Advocates gather in support of music education
An enthusiastic crowd of creatives gathered at The Haven on Friday, March 29, for a jam session and fundraiser in aid of music education.
Saxophonist Dean Fraser and members of the Zincfence Redemption band set a high bar for the acts that would follow, including Jah9, Tara Harrison, Jamila Falak, and students of the Edna Manley College of the Visual and Performing Arts (EMCVPA).
The spontaneous, all-star line-up of musicians played in effortless synchronicity, journeying from roots reggae classics like Satta Massagana to jazz and the neo-soul sounds of Sade’s Sweetest Taboo. Then, special guest and drummer George ‘Spanky’ McCurdy took the stage. The guest of honour, from Philadelphia, astounded with his distinct off-beat style, versatility, and fluent improvisation. It took little effort to coax other upcoming Jamaican vocalists on to the stage as some audience members seized the opportunity to perform with him and test their skills in the spotlight.
The jam session was the culminating feature of a week-long series of workshops and master classes delivered by Spanky at the Alpha Institute and the EMCVPA. Students from both schools, and members of the public who were in attendance, had the opportunity to talk technique and career evolution with Spanky, a virtuoso who has toured with Lauryn Hill, Lady Gaga, Jill Scott, Sean ‘Diddy’ Combs, and several other acclaimed international artists. Proceeds from the jam session, in the amount of JA$70,000, were donated to the scholarship fund for students at the Alpha Institute’s School of Music.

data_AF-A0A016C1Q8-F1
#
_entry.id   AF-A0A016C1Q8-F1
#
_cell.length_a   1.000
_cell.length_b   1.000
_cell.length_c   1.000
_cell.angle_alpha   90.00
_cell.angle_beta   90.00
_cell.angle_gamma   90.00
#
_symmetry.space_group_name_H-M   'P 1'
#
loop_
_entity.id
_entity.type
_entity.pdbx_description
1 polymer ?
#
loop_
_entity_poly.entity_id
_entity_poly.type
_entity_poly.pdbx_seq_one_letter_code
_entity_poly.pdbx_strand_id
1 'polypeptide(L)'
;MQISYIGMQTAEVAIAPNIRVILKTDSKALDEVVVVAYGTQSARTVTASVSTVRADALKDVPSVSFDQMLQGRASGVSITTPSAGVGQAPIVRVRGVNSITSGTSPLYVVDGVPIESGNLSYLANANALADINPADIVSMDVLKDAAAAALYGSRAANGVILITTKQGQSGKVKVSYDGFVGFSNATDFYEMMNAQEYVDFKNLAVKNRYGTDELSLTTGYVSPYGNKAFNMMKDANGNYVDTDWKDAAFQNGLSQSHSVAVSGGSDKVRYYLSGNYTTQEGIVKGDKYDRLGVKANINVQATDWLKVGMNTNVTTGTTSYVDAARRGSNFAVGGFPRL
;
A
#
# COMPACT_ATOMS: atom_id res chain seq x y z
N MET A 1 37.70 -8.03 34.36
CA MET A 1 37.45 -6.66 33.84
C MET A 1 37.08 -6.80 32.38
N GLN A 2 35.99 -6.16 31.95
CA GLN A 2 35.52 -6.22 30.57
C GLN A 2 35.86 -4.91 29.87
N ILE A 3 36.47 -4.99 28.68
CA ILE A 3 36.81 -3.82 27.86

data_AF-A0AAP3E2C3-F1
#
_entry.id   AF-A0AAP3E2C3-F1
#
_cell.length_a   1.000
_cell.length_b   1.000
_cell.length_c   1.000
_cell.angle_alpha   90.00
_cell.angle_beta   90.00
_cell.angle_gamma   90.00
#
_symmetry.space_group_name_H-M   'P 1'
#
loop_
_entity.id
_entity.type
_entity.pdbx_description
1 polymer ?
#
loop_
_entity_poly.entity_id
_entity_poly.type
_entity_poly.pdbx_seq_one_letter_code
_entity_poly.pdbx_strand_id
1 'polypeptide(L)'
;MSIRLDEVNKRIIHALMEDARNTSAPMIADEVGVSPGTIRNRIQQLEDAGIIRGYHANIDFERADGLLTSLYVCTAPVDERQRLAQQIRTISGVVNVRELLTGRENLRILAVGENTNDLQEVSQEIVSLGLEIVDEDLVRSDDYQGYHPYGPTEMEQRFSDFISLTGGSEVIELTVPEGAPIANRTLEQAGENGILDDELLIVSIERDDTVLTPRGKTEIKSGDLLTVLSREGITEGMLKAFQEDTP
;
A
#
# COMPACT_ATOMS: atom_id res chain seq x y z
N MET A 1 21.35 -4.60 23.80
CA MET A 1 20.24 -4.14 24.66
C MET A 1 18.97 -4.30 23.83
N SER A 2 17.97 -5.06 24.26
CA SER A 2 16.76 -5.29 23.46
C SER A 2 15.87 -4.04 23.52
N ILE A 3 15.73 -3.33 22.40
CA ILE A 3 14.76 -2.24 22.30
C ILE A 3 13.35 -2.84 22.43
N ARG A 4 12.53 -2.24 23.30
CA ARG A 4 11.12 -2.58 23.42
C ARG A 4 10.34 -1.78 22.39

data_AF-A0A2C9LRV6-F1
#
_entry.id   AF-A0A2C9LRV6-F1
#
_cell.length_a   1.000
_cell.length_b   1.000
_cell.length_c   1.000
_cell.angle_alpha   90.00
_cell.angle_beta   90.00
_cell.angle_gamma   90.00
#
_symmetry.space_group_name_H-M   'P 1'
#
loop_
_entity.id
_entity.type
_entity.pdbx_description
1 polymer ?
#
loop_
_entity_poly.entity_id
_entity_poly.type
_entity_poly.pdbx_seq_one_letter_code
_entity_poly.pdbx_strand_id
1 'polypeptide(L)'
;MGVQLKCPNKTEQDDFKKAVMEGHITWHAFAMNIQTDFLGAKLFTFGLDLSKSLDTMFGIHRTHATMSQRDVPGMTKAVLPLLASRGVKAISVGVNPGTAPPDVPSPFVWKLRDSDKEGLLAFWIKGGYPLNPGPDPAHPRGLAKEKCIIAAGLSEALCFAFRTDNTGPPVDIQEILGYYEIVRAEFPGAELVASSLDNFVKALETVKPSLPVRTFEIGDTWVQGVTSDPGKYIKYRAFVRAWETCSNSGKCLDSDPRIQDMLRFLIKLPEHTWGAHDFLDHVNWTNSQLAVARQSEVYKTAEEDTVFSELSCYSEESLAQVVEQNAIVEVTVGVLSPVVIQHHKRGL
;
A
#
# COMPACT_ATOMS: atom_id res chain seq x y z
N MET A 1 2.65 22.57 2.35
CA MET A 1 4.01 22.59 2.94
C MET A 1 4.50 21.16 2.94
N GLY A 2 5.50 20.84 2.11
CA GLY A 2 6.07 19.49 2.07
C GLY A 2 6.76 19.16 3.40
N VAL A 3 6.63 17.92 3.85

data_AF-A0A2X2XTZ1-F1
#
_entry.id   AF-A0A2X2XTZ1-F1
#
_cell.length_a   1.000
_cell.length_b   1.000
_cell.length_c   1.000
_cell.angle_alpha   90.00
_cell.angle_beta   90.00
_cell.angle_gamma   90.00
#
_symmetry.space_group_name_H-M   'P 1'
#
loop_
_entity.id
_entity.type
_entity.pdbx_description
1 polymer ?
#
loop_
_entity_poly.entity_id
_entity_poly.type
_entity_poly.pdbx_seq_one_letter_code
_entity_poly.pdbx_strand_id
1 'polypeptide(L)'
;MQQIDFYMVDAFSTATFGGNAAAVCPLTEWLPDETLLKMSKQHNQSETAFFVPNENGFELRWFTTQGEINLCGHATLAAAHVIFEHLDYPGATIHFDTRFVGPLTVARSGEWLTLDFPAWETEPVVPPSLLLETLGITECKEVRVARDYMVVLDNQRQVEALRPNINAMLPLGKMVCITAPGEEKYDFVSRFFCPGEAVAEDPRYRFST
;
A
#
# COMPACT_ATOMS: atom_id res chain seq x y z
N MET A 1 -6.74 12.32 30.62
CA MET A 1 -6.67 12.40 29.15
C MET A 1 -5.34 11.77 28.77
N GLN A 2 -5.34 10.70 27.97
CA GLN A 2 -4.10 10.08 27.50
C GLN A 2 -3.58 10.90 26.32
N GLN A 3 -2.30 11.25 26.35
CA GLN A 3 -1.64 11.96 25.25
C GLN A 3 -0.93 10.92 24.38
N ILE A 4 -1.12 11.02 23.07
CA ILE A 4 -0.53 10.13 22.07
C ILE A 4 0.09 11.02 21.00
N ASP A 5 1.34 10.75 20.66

Reflecting on his time in Jamaica, Spanky said that “just being able to spend a week with the students at Alpha was amazing for me. I mean, it’s a privilege to be looked at for musical inspiration when in reality, they’ve inspired me! Their hard work, dedication, focus, and the support being built up around them ... I hope I helped them enhance their skills, ability, and the foundation they already have from the teachers and all the music that is in and around Kingston. I also hope they know they’ve made me better from the love they showed me.”
The 2019 March for Music Education residency programme was presented by Jamaica Nice, Manifesto Jamaica, the C.H.O.R. Foundation, and supporting partners in the local and international music community. The annual March for Music Education initiative is a catalyst for music education and employment training of young people, engaging musicians, record labels, management companies, and fans in an international effort to create a community of support focused on developing the next generation of Jamaican musicians.
Curator of the 2019 residency and tour manager Alex Rivas described the residency as “a platform and creative safe haven, giving Jamaican musicians the opportunity to collaborate and network with creatives and music industry influencers in other genres, and vice versa. It’s all about being present for the opportunity.”
Rohan Mitchell, a music student at Alpha who participated in the week-long programme, including the jam session said, “Since Spanky’s visit, we have been taking our rehearsals and individual practice time so seriously that we don’t wait for our instructor, Mr Samuels, to start anymore.” Commenting on the workshops and masterclasses, Mitchell reported learning about “the importance of counting, how to practise, and why practising is important, and also how to work together as a band to keep a steady pulse going.”
The School of Music at the Alpha Institute (formerly Alpha Boys School) offers a comprehensive vocational music programme for youth ages 16 to 22 years old. Focusing on music performance and music technology, Alpha’s music programme provides a theoretical and practical foundation in music performance as well as complementary vocational skills in radio production, studio techniques, disc jockey training, and live mixing.